There are some cases, when polynomial satisfies the follow conditions

In it, the main process is to factor the polynomial by grouping the terms into two groups and then factoring the common term (GCF) out of each group.

Lets consider an example, and go through the steps that has to be followed when factoring the polynomial by grouping.

$x^{3}-9x^{2}-2x+18$

Separate the polynomial terms into two groups, by grouping the first two terms together and then the last two terms together.

$(x^ {3}-9x^ {2}) +(-2x+18)$

Identify a common factor in each of the separate groups.

Lets take $(x^ {3}-9x^ {2}) $

$x^ {3} =x*x*x$

$9x^ {2} =1*3*3*x*x$

So common factor = $x*x=x^ {2} $

Lets take $(-2x +18) $

$-2x = -1*2*x$

$18 =1*3*3*2$

So common factor = $1*2= 2$

So, $(x^{3}-9x^{2})+(-2x^{2}+18)= x^{2}(x – 9)+(2)(-x+9) $

To make a similar term in both groups, make suitable rearrangements

$x^{2}(x – 9)+(2)(-x+9) = x^{2}(x – 9) - (2)(x-9) $

Identify the common term in each group

In $x^{2}(x – 9)$ and $-2(x – 9)$, the common term is $(x-9)$

Factor it out using reverse of distribution property

$(x^{2} – 2)(x-9)$

So, $x^ {3}-9x^ {2} -2x +18 =(x-9) (x^ {2} – 2) $

There can arise again a set of polynomial that has no common factors but contains on three terms.

The general form of this type of polynomial is $ax^ {2} +bx+c$ where a, b and c are constant. This type of polynomial is called quadratic polynomial.

Any polynomial of this type need not be factorable.

So first a condition has to be checked.

A new value called discriminant has to be found using the formula,

D = b^{2}-4ac

If this value gives a perfect square number, then factorization is possible.

Depending on the value of the first coefficient of $x^ {2} $, that is $a$, it can be broadly divided into two types

Lets check the steps followed by using the following example

$x^{2}+12x+35$

So, $(x )*(x )$

Now $35$ can be factored as $1*5*7$

It can be seen that $5 + 7 = 12$ and $5*7=35$

So the values that can be put in the last position is $5$ and $7$

So, $(x+5)*(x+7) $

Hence,

$x^ {2} +12x+35=(x+5)*(x+7) $

2. When $a\neq 1$, that is $a$ can be any number other than 1.

So the general form is $ax^ {2} +bx+c$

Lets check the steps followed by using the following example

$5x^ {2} +8x+3$

So, $(5x )*(x ) $

So the values that can be put in the last position is $3$ and $1$

So, $(5x+3)*(x+1) $

Hence,

$5x^ {2} +8x+3=(5x+3)*(x+1) $

- There are four terms.
- There is no common term (GCF) for all the terms.

In it, the main process is to factor the polynomial by grouping the terms into two groups and then factoring the common term (GCF) out of each group.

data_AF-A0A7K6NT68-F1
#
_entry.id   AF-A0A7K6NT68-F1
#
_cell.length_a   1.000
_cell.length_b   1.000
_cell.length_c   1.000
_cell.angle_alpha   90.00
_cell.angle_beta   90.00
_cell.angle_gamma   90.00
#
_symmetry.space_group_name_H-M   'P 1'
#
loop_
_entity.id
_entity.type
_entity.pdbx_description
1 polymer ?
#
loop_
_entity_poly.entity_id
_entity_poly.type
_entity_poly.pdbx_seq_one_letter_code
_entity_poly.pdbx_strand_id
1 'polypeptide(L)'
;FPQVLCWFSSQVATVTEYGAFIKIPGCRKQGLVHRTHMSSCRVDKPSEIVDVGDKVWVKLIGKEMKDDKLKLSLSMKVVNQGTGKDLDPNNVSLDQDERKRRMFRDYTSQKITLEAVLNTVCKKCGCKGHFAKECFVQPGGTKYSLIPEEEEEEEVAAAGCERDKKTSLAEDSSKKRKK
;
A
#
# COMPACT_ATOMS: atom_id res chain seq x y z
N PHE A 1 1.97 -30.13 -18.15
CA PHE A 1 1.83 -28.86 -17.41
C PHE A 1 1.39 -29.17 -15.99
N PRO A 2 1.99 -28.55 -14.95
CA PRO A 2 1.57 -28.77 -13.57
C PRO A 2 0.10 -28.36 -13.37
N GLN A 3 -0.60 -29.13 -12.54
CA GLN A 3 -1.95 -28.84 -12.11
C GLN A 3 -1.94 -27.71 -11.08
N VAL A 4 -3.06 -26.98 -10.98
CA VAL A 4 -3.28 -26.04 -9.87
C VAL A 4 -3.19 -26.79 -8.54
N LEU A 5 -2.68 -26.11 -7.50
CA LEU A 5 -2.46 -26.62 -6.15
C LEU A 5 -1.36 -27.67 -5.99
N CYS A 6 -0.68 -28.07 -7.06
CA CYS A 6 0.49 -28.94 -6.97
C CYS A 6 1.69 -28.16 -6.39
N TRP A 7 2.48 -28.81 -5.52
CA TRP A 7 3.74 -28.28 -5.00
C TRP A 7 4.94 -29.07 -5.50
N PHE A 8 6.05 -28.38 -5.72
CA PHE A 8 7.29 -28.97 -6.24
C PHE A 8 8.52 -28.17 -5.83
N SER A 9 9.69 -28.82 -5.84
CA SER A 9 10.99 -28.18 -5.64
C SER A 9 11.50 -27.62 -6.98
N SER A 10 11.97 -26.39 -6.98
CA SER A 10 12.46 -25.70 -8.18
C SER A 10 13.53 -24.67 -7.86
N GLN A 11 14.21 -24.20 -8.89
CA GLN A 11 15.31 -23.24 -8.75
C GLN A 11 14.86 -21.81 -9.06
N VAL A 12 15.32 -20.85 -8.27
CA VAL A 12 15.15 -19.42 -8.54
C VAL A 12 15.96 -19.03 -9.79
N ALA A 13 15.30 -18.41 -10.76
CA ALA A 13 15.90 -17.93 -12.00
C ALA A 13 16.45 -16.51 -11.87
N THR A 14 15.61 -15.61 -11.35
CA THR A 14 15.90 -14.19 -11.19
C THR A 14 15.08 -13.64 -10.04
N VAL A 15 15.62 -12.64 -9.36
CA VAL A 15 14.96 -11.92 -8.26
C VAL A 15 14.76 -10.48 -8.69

Lets consider an example, and go through the steps that has to be followed when factoring the polynomial by grouping.

$x^{3}-9x^{2}-2x+18$

Separate the polynomial terms into two groups, by grouping the first two terms together and then the last two terms together.

$(x^ {3}-9x^ {2}) +(-2x+18)$

Identify a common factor in each of the separate groups.

Lets take $(x^ {3}-9x^ {2}) $

$x^ {3} =x*x*x$

$9x^ {2} =1*3*3*x*x$

So common factor = $x*x=x^ {2} $

Lets take $(-2x +18) $

$-2x = -1*2*x$

$18 =1*3*3*2$

So common factor = $1*2= 2$

So, $(x^{3}-9x^{2})+(-2x^{2}+18)= x^{2}(x – 9)+(2)(-x+9) $

To make a similar term in both groups, make suitable rearrangements

$x^{2}(x – 9)+(2)(-x+9) = x^{2}(x – 9) - (2)(x-9) $

Identify the common term in each group

In $x^{2}(x – 9)$ and $-2(x – 9)$, the common term is $(x-9)$

Factor it out using reverse of distribution property

$(x^{2} – 2)(x-9)$

So, $x^ {3}-9x^ {2} -2x +18 =(x-9) (x^ {2} – 2) $

There can arise again a set of polynomial that has no common factors but contains on three terms.

The general form of this type of polynomial is $ax^ {2} +bx+c$ where a, b and c are constant. This type of polynomial is called quadratic polynomial.

Any polynomial of this type need not be factorable.

So first a condition has to be checked.

A new value called discriminant has to be found using the formula,

D = b

If this value gives a perfect square number, then factorization is possible.

Depending on the value of the first coefficient of $x^ {2} $, that is $a$, it can be broadly divided into two types

- When $a=1$.

Lets check the steps followed by using the following example

$x^{2}+12x+35$

- First set up a product of two parentheses which will contain a binomial each.

- Determine the factors that will be placed in the first position of each parenthesis.

So, $(x )*(x )$

- Determine the factors that will be placed in the last position of each parenthesis.For that, two numbers are required, say u and v, such that its product is $c$, that is $u v = c$ and its sum is $b$, that is $u + v = b$.

Now $35$ can be factored as $1*5*7$

It can be seen that $5 + 7 = 12$ and $5*7=35$

So the values that can be put in the last position is $5$ and $7$

So, $(x+5)*(x+7) $

Hence,

$x^ {2} +12x+35=(x+5)*(x+7) $

2. When $a\neq 1$, that is $a$ can be any number other than 1.

So the general form is $ax^ {2} +bx+c$

Lets check the steps followed by using the following example

$5x^ {2} +8x+3$

- First set up a product of two parentheses which will contain a binomial each.

- Determine the factors that will be placed in the first position of each parenthesis.

So, $(5x )*(x ) $

- Determine the factors that will be placed in the last position of each parenthesis.

So the values that can be put in the last position is $3$ and $1$

So, $(5x+3)*(x+1) $

Hence,

$5x^ {2} +8x+3=(5x+3)*(x+1) $